No criminal charges in drone crash that caused 52-acre Colorado fire

colorado drone crash fire

Now, here’s a good reminder of why following the rules should be paramount for any drone pilot. A drone recently crashed and sparked a wildfire in Colorado’s Boulder County – even forcing more than 300 people to evacuate their homes. But no charges are being pressed against the drone crew since they were flying “within regulations.”

The incident took place on April 20 at a time when Boulder County was experiencing unusual “critical to extreme” fire weather conditions. Since this was not normal for the region, three researchers associated with the University of Colorado-Boulder’s Aerospace Engineering Department decided to gather severe weather data using a fixed-wing drone at Table Mountain Radio Quiet Zone.

Unfortunately, their drone crashed at a high speed into the ground causing a lithium-ion battery cell to dislodge and ignite. The crew used an on-site fire extinguisher but were unable to get the grass fire stopped before it began to spread quickly due to high winds.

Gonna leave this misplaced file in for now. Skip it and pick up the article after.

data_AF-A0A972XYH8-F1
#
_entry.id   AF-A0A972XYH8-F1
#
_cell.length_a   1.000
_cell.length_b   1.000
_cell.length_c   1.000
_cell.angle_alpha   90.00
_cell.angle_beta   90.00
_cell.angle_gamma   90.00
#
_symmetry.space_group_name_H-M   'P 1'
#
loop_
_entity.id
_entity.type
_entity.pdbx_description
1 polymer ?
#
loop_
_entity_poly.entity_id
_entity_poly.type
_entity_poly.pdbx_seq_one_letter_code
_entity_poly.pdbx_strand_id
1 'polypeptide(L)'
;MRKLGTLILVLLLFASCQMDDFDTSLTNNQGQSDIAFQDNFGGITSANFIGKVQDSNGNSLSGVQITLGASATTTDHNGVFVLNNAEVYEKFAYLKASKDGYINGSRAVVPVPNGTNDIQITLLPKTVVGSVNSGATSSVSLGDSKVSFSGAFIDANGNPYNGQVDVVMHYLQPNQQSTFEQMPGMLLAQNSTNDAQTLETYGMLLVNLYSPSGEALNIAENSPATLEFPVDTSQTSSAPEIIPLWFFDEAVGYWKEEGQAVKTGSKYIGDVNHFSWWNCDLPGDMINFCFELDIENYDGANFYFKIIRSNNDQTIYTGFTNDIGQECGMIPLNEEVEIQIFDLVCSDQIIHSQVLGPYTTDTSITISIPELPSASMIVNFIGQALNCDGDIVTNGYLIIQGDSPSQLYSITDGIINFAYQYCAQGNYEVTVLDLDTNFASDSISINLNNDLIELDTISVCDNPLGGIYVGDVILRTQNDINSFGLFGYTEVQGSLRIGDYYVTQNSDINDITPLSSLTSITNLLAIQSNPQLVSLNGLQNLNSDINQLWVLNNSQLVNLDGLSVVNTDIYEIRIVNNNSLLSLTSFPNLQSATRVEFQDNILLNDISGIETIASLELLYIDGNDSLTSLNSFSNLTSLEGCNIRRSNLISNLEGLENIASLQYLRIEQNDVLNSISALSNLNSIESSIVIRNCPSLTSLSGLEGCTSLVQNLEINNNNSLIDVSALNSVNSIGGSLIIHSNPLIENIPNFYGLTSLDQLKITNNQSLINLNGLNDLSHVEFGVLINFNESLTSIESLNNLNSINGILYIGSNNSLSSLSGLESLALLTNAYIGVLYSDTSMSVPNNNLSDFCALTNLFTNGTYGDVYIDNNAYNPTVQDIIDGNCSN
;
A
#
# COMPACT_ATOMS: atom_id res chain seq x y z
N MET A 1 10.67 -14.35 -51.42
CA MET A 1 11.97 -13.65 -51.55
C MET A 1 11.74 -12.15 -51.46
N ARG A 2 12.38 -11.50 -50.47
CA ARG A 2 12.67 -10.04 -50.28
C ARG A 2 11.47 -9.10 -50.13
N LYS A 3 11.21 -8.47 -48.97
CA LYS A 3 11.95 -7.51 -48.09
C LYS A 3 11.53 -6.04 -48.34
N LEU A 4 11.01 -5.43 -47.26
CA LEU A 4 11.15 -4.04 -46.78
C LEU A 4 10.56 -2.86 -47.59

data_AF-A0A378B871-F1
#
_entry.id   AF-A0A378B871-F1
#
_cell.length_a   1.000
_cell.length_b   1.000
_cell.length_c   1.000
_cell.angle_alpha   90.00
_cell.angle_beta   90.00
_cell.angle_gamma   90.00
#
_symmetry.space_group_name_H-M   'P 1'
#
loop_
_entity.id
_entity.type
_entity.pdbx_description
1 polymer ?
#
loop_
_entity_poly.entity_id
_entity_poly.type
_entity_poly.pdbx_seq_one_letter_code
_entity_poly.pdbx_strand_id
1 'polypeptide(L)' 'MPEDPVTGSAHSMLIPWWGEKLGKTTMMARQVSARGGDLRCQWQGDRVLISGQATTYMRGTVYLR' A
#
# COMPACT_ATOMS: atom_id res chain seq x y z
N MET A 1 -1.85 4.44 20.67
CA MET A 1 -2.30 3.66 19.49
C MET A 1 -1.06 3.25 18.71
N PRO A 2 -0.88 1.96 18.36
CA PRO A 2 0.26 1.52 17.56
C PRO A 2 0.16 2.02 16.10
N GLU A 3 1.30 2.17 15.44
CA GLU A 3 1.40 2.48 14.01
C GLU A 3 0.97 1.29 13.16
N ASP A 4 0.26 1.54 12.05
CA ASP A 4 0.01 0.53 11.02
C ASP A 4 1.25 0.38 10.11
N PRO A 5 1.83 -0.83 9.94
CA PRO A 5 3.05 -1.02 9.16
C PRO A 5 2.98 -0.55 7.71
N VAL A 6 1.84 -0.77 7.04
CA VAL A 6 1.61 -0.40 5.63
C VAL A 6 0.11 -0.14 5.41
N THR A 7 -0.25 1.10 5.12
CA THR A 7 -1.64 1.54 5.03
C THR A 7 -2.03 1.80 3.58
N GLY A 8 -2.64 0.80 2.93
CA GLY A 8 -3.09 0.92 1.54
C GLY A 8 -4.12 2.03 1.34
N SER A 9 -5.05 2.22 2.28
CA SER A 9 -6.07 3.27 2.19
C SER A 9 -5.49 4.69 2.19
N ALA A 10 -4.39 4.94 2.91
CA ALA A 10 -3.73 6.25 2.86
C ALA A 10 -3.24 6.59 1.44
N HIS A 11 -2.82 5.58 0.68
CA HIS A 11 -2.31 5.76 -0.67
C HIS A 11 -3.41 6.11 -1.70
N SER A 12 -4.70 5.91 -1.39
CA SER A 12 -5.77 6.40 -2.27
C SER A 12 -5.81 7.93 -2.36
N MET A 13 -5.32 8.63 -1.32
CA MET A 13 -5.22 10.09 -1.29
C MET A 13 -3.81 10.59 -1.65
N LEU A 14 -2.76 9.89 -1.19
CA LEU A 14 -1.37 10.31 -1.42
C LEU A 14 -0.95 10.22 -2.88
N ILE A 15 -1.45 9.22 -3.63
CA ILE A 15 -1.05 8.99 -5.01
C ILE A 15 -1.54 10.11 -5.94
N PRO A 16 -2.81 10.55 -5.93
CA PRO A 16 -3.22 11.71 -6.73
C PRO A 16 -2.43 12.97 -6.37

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Fire crews rushed to put out the blaze while a mandatory evacuation order was issued for the nearby areas, affecting more than 300 people. Seth McKinney, Fire Management Officer for the Boulder County Sheriff’s Office, told reporters:

The season is starting off a little early for us, a little sooner than expected, I think. We’re really starting to see what a true, year-round fire season looks like in Colorado.

But, thankfully, significant progress on the fire could be made in a short time and the mandatory evacuation order was lifted within a couple of hours.

Though the fire managed to burn 52 acres of land before it could be extinguished, the Boulder County Sheriff’s Office issued a statement explaining that the drone operators had remained on-scene and fully cooperated with investigators. The statement read:

They were flying within regulations and within the flying capability of the craft. No criminal charges will be filed due to the accidental nature of the incident.

Read more: US government drags HobbyKing to court over $2.8M illegal drone transmitters fine

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